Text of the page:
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NTNU - Norges teknisk-naturvitenskapelige universitet   
Ansvarlig redaktør: Informasjonsdirektør Kåre Kongsnes   

Teknisk ansvarlig:   
Erik Prytz Reitan

Stewart’s corner 


There are two meanings of the term retronym. First, spelling a word backwards to create a new word. A good example of this is the retronym yob, a negative term for a male youth, formed by spelling boy backwards.  
The second interpretation of retronym is having to find a new name for something because technological or other developments have made the original name confusing and inadequate. An example is television. If you want to describe what was originally television you have to use the retronym black-and-white television, as today television means colour television. The same has happened in the film industry where the retronym silent movie is required if you mean what was originally a movie. Once mail only had one meaning within communications, now the retronyms snail mail and paper mail are common to avoid confusion with electronic mail. The same goes for watch (retronym: analog watch), text (retronym: hardcopy), type-writer (retronym: manual typewriter) even Coke has its retronyms: real Coke and Classic Coke. New retronyms are rapidly entering English. Two recent additions are: eyeball search and natural language. Possibly Mr Clinton's public statement that he did not have sex with a young White House assistant will eventually produce a new retronym: full-participation sex. 

Tricky words 

biannual, biennial, biennale 
Biannual means two times a year. As some people confuse biannual with biennial, it is possible to replace biannual by semiannual, half yearly or every six months: «The project will be funded on a semiannual basis».  

Biennial means every two years: «This plant did not flower this year as it is a biennial». If you feel readers could make the above confusion, biennial can be replaced by every second year or every other year.  

Biennale means a large exhibition or music festival, usually arranged biennially. A group in NTNU that coordinated the first Trondheim Biennale in 1998 is now planning the se-cond Trondheim Biennale for 1999.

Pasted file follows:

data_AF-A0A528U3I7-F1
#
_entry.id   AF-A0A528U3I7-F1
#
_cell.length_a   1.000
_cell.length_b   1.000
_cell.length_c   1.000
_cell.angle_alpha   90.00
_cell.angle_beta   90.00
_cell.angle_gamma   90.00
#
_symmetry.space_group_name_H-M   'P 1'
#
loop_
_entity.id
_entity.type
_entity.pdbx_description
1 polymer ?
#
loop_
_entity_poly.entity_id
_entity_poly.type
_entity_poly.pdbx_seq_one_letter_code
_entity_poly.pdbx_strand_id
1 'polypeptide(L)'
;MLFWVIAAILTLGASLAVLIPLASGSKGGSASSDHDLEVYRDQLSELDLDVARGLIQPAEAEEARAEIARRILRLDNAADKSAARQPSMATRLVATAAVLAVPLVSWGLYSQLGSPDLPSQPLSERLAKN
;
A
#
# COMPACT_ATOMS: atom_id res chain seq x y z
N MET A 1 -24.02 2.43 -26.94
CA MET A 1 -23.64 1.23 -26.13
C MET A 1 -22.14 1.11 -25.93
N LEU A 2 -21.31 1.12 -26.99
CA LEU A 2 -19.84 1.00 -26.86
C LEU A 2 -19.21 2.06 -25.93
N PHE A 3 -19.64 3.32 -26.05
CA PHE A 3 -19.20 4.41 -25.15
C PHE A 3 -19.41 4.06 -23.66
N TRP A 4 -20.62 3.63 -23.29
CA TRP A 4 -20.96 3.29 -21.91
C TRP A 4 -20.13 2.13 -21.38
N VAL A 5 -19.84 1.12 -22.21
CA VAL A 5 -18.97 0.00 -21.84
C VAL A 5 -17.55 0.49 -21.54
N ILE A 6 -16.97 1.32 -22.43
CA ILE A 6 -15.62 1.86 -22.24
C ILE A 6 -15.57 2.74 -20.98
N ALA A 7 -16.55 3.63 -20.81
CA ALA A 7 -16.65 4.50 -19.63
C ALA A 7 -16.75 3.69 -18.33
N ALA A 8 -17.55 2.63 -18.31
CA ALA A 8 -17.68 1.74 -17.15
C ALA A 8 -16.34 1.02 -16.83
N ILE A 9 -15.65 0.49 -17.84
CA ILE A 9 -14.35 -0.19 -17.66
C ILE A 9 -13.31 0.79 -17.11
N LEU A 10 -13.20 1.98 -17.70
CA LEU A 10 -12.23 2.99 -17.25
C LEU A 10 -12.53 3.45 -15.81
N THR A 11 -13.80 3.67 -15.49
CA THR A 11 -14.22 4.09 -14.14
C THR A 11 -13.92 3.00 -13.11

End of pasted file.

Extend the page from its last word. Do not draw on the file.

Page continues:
loose, loosen, lose 
Loose, pronounced /lu:s/, means to release or detach. If you untie dogs, you set them loose. You can also talk about «a loose tooth», or «loose change» (Norw. småpenger). 

Loosen, /lu:sn/, means to make something looser: «His new shoes were killing him until he loosened the laces».   

Lose, pronounced /lu:z/, means failing to find something: «He is always losing things and would lose his head if it was not screwed on». Lose also means being deprived of something. «Use it or lose it» advised an English expert on male sexual problems. Dagbladet managed to mix up lose and loose and the above expert was reported as saying: «Use it or loose it» (16 October 1998).  

city, town 
City is more than merely a large town. It may have legal status that comes from the monarch, as in Britain, or from the state, as in the USA. Most cities have a cathedral and/or a university. Size is usually, but not always, important. One of the world's financial centres has over a million people working there, but the City of London is only one square mile and has a population of about 6 000. There are also quite small cities in the American West. In other parts of the English-speaking world many large towns are called city without any legal rights or royal charter. It follows from this that in Norway: Oslo, Bergen and Trondheim should be correctly termed cities. Tromsø and Stavanger are also usually considered cities, but most other urban settlements in Norway are best termed large towns, towns or small towns. An example of this confusion is «Longyearbyen with 1600 inhabitants … is now a small but modern city» (UNIS Guide, 1998-99). 

Town is often used for places that are larger than villages but smaller than cities. Sometimes part of a city is called a town, as in «the old town». The size of towns is often used as a concept as in «small-town America». In BE, town is also used for the whole of London: «The talk of the town». Note that in BE, there is no article in expressions that refer to London like «we have a small flat in town». If you said «we have a small flat in the town», this means any town apart from London. 

Enlightening zoo-English 

Notice in Stockholm Zoo:  Please do not feed the animals. They may get sick of being fed by the public. 
Notice in a Budapest zoo: Please do not feed the animals. If you have any suitable food, give it to the guard on duty.